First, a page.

Kopenawa tells the story of his journey back to shamanism and traditional spiritual customs. As a teenager, he learns the white people’s language and works for FUNAI, or Fundação Nacional do Índio, a Brazilian government foundation under the military dictatorship at the time. As an interpreter between members of isolated tribes and officials in Manaus, Kopenawa becomes aware of white people’s plans to divide the Amazonian forest, and learns of the bombings and shootings they resort to when Indigenous people such as the Waimiri-Atroari refuse them entry to their land. Through the work of the CCPY, or Comissão Pró-Yanomami, a non-govermental charity aiming at preserving areas of the forest for the Yanomami people, Kopenawa realises that he has to fight for land rights.
The arrival of gold prospectors on Yanomami land is concomitant with the awakening of his activist consciousness: “These new words about protecting the forest came to me gradually, […] until they formed a long path in my mind” (p.262). Despite Indigenous resistance, prospectors keep coming in increasing numbers, wrecking havoc on the local wildlife and rivers. The numerous deaths of elders succumbing to epidemics or murdered by prospectors and the military mean that soon there is no-one left to pass on their wisdom, values, and traditions to the young who, to Kopenawa’s dismay, stop hunting and working the gardens to beg food and goods from white people. This loss of transmission also translates for the Yanomami in the impossibility to defend themselves and carry on living like their ancestors.
Although The Falling Sky is a first-person narrative, Kopenawa’s words are actually “recorded in his language, transcribed, translated, and then arranged and edited” by Albert, which raises the issue of white ethnographers speaking for the communities they take as objects of research. Indeed Albert constructs the text based on recording sessions led from 1989 to the early 2000s and describes himself as an “engaged observer,” neither ghost writer nor secretary, committed to avoiding intrusions into Kopenawa’s narrative yet acting as an intermediary (p.6).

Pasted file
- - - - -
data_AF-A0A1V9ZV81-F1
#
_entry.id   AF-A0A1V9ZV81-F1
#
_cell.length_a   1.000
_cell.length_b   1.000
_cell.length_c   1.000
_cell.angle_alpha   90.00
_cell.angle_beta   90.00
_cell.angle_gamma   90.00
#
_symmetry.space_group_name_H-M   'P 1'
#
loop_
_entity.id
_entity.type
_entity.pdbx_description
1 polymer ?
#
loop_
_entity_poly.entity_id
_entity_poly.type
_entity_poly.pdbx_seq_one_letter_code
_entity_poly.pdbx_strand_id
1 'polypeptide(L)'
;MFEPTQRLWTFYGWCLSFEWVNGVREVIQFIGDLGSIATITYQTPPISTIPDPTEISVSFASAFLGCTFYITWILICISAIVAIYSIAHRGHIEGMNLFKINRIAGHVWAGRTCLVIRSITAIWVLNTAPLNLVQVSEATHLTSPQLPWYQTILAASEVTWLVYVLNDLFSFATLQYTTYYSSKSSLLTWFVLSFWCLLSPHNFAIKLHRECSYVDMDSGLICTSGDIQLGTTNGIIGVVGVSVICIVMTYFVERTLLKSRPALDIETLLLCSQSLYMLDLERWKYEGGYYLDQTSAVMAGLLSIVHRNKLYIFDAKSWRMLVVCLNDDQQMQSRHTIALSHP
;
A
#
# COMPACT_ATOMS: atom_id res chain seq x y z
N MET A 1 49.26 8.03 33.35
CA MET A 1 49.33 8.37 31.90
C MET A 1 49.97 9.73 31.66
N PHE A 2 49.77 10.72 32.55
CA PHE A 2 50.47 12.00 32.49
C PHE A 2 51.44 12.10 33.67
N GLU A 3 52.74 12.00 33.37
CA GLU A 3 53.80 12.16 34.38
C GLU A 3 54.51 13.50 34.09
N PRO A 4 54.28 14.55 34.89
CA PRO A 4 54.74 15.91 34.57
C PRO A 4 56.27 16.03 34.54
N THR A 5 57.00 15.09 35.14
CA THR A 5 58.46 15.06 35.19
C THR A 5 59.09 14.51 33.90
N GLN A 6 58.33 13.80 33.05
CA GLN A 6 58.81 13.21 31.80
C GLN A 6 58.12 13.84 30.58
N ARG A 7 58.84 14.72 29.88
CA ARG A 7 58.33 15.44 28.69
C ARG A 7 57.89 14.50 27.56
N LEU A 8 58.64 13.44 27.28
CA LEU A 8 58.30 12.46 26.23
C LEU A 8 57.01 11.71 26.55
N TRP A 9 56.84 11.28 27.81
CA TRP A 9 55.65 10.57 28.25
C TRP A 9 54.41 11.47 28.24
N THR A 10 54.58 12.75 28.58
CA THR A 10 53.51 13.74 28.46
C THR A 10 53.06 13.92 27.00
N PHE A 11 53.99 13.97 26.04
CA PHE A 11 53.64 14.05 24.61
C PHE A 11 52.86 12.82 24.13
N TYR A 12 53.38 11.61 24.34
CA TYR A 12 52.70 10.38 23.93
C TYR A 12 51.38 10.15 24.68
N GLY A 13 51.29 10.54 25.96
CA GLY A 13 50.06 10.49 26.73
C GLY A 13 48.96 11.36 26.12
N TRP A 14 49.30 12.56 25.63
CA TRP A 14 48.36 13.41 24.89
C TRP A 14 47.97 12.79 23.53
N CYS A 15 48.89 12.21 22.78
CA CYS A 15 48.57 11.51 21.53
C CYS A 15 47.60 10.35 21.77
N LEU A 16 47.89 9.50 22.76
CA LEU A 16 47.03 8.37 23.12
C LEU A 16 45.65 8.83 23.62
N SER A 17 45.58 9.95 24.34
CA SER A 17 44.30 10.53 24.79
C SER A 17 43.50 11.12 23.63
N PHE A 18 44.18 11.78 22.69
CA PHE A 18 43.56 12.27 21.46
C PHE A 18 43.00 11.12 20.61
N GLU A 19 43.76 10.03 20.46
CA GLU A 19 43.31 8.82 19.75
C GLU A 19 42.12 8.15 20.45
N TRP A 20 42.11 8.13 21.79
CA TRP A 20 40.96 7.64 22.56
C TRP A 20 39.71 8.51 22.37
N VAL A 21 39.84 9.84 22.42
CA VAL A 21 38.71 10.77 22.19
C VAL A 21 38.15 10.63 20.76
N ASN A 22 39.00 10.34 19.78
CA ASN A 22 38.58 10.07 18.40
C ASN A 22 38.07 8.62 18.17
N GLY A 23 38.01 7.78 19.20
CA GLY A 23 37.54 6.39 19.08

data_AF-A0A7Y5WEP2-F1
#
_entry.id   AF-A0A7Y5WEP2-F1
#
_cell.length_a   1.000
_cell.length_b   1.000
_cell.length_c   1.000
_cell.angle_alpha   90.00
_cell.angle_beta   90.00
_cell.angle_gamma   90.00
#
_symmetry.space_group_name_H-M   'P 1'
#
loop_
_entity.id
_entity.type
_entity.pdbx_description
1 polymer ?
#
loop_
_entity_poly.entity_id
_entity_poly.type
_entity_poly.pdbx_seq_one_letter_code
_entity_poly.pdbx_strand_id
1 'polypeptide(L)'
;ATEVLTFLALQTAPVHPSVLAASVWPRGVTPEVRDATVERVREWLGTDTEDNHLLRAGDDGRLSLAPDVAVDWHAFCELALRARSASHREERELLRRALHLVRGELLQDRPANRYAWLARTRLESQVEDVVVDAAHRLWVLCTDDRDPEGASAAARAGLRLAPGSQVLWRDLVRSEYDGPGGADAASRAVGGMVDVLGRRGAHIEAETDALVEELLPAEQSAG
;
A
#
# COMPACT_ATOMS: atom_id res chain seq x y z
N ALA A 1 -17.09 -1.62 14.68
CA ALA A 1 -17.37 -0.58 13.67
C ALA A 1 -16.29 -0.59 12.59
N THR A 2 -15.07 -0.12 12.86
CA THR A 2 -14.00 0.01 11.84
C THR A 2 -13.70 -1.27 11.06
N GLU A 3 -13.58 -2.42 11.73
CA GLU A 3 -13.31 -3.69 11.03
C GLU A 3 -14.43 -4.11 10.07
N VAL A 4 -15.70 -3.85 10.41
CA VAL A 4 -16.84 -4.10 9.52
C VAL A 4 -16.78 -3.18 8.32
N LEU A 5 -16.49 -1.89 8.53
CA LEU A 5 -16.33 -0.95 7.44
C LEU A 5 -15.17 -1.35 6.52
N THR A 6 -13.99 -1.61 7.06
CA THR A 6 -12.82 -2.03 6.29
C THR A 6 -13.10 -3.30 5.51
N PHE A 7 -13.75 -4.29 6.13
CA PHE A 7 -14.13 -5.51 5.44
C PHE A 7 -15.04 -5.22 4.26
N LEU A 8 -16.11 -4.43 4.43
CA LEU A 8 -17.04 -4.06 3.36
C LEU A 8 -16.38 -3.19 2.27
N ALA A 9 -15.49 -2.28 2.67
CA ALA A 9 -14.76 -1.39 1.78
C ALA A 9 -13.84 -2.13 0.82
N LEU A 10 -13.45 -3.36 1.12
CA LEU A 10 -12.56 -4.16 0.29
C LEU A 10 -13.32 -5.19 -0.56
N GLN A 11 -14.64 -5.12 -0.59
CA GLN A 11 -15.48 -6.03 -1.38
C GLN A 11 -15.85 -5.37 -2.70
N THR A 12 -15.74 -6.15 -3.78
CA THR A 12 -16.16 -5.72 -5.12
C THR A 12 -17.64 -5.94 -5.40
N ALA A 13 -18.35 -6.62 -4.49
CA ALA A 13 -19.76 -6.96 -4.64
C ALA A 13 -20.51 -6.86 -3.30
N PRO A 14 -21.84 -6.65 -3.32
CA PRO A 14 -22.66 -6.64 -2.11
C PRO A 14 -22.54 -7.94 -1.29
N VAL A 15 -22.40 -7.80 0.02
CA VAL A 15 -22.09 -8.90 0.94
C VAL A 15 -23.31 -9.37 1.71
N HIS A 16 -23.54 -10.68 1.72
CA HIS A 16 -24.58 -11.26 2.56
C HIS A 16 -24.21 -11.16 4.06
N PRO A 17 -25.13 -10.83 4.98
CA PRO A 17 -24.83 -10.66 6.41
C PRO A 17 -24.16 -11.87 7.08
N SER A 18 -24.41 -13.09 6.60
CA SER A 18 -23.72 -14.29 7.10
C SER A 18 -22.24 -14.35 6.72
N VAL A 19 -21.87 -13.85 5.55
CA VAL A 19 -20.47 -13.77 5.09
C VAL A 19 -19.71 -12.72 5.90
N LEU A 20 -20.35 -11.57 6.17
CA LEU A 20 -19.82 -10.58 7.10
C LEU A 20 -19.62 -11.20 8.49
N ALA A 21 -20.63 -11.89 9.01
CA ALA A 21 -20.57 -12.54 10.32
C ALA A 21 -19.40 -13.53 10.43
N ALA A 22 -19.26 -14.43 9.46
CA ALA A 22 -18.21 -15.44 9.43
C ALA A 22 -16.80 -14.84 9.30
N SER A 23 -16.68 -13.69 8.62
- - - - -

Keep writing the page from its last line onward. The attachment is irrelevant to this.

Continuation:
In his conclusion, Albert gives a valuable and honest insight into the writing process of the book, talking about “the ethnographic pact” between him and the Yanomami people, and the mutual obligations it entails (p.430). As a scholar researching Indigenous writings, and thus keenly aware of the bad reputation of ethnographers (and academics in general) in these communities, I was particularly interested in Albert’s detailed defence of his editing process, including his awareness of the dangers of exoticism: “[t]his experience allowed me to propose a translation that falls midway between a literal translation, which risked becoming a caricature, and a literary transposition that would have been much too far from Yanomami language constructions” (p.452). The Falling Sky is first of all an important testimony on behalf of the Indigenous people of the Amazonian forest, and it is to be hoped this latest translation in English will open a readership in North America and have an impact on both local and international policy.
Justine Seran is studying for a PhD with the English Literature department at the University of Edinburgh. Her research falls within the broad remit of Postcolonial Studies with a focus on Aboriginal Australian and Aotearoa/New Zealand Maori literatures. Her doctoral thesis examines the dynamics of intersubjectivity and relationality in a large contemporary corpus of women’s writing. Justine’s wider interests include education, the social impact of research in the humanities, and literary processes of Indigenous cultural survivance in settler colonial nations. Read more reviews by Justine.